Poaching, Scrambling, and Frying Eggs

A Bit of Perspective

Monday started week seven at The Natural Epicurean. Week seven falls about one third of the way through the 22-week classroom portion of the program. It’s amazing that time has passed so quickly. In 15 weeks, I will be starting an externship and my new life as a food professional. Yikes!

I have been thinking about what my life will look like when I finish. How will I earn money? Will I enjoy my work? Will I make enough money? How can I have control over my work? How should I start networking? What kind of services should I provide as a cook?

I am only starting to figure out some answers to these questions, but I need to think more about it. I am planning to develop a personal business plan and even a branding plan complete with website and logo, but there is a lot of meat left to put on the bones of my post-school life. It’s very exciting!

Below: My week got off to a dubious start…my name was on the list of forgotten homework assignments. Ooops!

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Cooking at Casa

I had a day off Friday from class, so I volunteered in the morning at Casa de Luz, Austin’s premiere (and possibly only) macrobiotic restaurant. Casa de Luz was how I heard about The Natural Epicurean culinary school, so in a large sense, it was very instrumental in my life! The food was so delicious and nourishing, and the space was so tranquil and enriching, that I had to know how I could learn those skills.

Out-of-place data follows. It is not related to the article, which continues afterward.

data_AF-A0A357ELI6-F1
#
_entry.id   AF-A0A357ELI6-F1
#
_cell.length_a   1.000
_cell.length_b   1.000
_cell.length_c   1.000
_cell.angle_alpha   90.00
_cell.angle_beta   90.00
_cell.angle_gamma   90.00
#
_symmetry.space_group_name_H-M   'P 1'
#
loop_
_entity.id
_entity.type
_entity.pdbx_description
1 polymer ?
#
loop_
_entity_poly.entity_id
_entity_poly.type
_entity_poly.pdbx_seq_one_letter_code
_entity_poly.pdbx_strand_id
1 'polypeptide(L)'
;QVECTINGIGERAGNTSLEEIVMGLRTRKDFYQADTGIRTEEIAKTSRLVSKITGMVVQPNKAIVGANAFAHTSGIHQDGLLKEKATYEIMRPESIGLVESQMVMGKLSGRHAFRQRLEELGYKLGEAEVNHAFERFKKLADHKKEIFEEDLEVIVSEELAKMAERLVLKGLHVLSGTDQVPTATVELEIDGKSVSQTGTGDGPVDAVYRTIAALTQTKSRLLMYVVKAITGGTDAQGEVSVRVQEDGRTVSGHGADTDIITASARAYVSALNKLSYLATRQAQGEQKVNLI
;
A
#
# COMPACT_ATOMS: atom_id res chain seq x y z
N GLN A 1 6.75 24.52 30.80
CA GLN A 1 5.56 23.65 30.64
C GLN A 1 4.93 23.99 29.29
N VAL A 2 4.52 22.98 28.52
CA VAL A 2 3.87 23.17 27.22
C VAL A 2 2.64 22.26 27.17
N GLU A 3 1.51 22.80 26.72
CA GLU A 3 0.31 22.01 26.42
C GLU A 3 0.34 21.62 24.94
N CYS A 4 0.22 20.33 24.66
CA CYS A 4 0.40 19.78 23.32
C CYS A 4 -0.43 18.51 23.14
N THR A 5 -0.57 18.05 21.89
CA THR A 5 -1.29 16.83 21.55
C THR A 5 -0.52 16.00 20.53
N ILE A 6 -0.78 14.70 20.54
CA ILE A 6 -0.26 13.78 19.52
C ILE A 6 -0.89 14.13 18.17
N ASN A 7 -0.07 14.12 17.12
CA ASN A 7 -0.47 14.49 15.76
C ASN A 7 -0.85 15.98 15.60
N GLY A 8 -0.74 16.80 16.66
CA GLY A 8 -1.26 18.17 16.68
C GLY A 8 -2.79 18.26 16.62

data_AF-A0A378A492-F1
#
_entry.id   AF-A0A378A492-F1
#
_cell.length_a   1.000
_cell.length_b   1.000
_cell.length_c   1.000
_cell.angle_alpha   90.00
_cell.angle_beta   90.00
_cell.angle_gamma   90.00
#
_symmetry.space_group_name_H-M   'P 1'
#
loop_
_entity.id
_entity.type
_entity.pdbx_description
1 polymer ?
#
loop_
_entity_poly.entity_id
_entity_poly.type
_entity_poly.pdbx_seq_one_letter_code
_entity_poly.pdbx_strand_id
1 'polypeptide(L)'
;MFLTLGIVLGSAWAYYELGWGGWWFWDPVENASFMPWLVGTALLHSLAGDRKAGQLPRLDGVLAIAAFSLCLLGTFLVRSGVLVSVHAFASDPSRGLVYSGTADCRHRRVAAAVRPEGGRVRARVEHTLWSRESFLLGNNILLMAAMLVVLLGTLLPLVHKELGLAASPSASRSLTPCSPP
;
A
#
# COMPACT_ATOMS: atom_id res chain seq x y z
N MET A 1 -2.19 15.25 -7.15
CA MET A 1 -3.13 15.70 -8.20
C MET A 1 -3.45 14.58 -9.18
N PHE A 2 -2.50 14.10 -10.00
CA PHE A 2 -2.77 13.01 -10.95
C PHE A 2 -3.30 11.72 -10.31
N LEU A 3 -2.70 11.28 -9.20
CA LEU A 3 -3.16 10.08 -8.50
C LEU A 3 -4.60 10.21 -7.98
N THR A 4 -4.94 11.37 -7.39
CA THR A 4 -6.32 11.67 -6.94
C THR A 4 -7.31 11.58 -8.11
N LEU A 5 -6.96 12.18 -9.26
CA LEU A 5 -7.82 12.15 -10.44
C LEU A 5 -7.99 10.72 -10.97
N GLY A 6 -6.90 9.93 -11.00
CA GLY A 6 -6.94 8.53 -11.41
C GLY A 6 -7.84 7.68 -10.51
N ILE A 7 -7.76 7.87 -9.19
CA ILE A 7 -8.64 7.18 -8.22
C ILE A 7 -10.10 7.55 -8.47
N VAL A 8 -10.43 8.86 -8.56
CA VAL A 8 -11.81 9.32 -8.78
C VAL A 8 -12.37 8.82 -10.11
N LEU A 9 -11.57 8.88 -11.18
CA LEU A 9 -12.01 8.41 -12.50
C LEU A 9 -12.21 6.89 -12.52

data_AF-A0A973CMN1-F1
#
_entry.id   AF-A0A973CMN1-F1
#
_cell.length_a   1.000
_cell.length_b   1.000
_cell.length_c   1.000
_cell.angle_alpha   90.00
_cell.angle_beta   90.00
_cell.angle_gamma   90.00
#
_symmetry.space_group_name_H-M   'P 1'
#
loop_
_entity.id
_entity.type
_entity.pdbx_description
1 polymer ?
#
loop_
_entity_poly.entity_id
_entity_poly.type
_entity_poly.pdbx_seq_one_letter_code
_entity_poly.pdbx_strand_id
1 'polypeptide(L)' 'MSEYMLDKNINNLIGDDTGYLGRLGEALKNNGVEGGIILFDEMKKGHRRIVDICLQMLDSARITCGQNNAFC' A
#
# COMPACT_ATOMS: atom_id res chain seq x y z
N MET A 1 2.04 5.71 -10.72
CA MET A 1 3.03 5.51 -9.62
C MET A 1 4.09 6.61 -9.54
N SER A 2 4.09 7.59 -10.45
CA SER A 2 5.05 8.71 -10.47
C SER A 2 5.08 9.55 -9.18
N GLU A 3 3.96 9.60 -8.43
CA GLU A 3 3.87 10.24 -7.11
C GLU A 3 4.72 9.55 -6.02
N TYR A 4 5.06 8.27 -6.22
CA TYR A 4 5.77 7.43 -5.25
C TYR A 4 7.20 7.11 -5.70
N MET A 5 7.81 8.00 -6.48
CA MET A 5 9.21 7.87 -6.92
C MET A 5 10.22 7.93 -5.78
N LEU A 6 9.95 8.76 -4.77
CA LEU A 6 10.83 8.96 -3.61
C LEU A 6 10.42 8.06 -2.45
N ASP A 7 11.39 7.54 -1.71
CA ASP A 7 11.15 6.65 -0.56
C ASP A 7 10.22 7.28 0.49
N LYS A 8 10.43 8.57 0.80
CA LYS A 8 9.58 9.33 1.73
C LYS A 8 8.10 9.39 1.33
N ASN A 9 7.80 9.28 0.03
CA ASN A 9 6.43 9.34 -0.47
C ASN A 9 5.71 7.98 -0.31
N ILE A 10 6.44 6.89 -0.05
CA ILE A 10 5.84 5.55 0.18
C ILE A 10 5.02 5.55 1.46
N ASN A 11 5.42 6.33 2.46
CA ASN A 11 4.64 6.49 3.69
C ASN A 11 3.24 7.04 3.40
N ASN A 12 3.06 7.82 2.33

Volunteering at Casa means chopping veggies for three hours and at the end getting a free lunch (or dinner, if you volunteer in the afternoon). I figured it would be a good chance to practice higher volume chopping. I got what I bargained for there! And the meal was fabulous as usual.

Below: A pallet of fresh vegetables delivered to Casa that I noticed as I entered the restaurant.

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Below: Cauliflower that I chopped. I’m not sure where this ended up.

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The meal below is a great example of balance on a plate. To feel truly satisfied after a meal, one needs a balance of tastes and mouthfeel plus nutrients. Popcorn as a meal doesn’t work – it’s a simple flavor (buttery, salty) and one texture (crunchy/starchy) over and over again. Plus, it’s very light on nutritive elements. As a meal, it doesn’t work. Believe me, in desperation, I have tried.

This meal, however has warm and cool, crunchy and smooth, acid and neutral. It even has the slight sweetness of root vegetables and the saltiness to contrast against. In macrobiotics, overly sweet food is generally not suggested, but every plate has some element of sweetness to maintain balance. Japanese sweet potatoes are a great example of this that I’ve seen used at Casa de Luz. As for nutrients, this plate is loaded with carbs, protein, fiber, and an adequate amount of fat. If I had a choice between this plate and almost anything else, I would choose this. I might need a second helping, though.

Below: What a meal, and I helped make it! Blanched greens with a nut/seed sauce on top (just made a similar sauce in class called sun cheese, which is also used at Casa), short-grain brown rice, lentils with cilantro (amazing), pickled radish that I chopped, and steamed veggies.

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Below: I love the natural lighting at Casa de Luz. Maybe that’s where they got the name from!

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Tour of The Natural Epicurean Kitchen